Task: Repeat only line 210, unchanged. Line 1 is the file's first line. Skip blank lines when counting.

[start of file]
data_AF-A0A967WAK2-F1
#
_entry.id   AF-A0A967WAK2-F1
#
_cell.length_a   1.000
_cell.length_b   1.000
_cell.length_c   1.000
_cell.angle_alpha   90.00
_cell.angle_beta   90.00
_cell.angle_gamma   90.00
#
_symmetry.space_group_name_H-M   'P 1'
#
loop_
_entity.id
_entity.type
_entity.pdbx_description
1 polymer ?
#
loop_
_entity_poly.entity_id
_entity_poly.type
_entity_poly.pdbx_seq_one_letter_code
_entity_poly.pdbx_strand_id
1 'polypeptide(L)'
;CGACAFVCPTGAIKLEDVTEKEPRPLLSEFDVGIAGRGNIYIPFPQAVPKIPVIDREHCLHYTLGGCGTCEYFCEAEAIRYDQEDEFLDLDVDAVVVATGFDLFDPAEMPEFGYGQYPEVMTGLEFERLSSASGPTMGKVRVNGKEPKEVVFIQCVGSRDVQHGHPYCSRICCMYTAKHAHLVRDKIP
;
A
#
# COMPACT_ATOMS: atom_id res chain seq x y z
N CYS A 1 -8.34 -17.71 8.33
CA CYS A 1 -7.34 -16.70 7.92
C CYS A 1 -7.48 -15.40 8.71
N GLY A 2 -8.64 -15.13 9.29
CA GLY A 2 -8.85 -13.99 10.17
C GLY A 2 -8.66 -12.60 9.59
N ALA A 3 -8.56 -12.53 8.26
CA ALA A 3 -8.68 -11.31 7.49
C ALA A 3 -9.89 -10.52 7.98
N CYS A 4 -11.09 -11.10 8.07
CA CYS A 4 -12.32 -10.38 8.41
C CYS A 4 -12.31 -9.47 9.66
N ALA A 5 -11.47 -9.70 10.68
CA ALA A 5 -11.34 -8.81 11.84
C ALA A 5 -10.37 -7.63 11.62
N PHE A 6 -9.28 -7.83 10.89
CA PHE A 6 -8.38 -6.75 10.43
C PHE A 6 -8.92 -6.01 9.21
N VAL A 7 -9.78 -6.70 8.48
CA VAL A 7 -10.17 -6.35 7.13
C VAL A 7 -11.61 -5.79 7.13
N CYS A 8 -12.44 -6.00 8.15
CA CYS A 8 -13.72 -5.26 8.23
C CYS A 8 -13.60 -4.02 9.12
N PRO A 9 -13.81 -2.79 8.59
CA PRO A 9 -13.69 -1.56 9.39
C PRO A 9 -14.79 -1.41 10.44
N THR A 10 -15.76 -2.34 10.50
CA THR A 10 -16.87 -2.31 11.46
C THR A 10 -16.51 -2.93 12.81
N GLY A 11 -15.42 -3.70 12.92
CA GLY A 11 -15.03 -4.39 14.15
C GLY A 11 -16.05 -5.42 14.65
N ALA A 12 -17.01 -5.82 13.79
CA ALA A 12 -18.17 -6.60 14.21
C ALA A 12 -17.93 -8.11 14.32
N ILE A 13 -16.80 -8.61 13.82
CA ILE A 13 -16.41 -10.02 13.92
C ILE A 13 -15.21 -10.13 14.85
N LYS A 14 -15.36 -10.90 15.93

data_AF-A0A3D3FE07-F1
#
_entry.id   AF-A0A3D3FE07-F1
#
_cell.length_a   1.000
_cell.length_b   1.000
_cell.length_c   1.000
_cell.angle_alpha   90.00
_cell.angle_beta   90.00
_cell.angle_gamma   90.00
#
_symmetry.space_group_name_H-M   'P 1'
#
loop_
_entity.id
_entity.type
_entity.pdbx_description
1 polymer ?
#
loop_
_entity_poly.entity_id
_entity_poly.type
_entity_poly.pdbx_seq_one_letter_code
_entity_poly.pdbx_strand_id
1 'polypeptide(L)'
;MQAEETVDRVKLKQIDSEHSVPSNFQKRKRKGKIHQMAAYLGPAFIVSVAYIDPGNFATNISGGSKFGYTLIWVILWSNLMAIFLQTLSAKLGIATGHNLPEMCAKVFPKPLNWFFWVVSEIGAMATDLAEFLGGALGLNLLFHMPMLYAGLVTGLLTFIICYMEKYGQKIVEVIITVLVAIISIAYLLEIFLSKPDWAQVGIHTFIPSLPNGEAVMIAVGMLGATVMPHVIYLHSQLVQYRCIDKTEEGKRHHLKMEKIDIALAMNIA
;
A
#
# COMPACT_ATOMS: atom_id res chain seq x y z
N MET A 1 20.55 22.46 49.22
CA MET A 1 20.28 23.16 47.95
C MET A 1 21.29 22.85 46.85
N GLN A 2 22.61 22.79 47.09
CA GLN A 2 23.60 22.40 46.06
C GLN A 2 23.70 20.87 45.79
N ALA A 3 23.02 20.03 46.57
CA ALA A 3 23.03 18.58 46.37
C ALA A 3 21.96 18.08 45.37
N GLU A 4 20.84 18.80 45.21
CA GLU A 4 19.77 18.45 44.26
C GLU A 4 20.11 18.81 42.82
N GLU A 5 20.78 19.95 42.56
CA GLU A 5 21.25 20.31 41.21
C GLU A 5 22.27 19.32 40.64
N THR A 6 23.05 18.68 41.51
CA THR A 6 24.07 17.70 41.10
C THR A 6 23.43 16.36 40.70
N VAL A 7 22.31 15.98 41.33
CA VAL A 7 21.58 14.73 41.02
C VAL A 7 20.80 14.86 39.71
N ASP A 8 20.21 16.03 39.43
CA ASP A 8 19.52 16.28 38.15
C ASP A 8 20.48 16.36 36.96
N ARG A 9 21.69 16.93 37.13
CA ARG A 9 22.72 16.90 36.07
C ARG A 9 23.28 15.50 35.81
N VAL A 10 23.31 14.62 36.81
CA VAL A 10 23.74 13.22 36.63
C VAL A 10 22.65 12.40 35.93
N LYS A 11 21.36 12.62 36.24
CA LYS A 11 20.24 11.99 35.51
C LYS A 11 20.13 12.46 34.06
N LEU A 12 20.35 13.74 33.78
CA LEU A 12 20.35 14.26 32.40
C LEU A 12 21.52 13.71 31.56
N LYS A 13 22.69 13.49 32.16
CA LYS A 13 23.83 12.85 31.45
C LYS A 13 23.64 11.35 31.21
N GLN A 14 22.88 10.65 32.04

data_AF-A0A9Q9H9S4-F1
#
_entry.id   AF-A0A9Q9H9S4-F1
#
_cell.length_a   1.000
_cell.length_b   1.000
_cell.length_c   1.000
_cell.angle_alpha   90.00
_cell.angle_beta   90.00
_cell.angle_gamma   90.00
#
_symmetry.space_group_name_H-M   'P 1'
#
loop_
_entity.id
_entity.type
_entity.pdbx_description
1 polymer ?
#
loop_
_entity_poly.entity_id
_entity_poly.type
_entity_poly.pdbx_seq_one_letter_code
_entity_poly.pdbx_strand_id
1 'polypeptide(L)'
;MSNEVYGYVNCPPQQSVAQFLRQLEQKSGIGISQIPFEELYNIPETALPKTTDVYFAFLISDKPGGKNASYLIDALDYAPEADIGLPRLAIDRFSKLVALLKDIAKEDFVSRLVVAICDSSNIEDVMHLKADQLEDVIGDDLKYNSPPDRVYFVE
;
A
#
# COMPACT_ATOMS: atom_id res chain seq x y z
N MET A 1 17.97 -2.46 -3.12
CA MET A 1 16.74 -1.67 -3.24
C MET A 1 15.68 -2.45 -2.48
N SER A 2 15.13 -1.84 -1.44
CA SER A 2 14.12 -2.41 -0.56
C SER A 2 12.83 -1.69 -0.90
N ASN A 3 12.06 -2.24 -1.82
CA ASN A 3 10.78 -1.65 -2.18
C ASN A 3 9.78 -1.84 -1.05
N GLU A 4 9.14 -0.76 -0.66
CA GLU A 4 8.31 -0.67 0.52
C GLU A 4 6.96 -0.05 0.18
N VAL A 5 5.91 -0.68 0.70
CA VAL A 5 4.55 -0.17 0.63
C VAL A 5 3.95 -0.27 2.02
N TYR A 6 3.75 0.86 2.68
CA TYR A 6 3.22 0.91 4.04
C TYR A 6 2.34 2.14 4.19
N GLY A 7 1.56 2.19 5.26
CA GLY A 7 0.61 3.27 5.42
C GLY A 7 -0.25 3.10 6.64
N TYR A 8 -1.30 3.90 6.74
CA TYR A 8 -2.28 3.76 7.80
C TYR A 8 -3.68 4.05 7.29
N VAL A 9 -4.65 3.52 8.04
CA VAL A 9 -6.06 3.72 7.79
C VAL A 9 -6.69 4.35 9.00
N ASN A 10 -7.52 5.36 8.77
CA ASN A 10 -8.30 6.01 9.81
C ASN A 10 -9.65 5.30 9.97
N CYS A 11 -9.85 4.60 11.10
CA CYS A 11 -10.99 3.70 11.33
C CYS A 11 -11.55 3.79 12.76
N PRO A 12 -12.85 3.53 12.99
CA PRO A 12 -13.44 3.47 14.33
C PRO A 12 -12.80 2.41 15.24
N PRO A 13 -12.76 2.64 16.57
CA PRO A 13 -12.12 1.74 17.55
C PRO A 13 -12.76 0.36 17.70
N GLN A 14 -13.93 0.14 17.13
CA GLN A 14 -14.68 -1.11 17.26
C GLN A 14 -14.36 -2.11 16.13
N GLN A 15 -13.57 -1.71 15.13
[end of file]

N GLN A 14 -13.93 0.14 17.13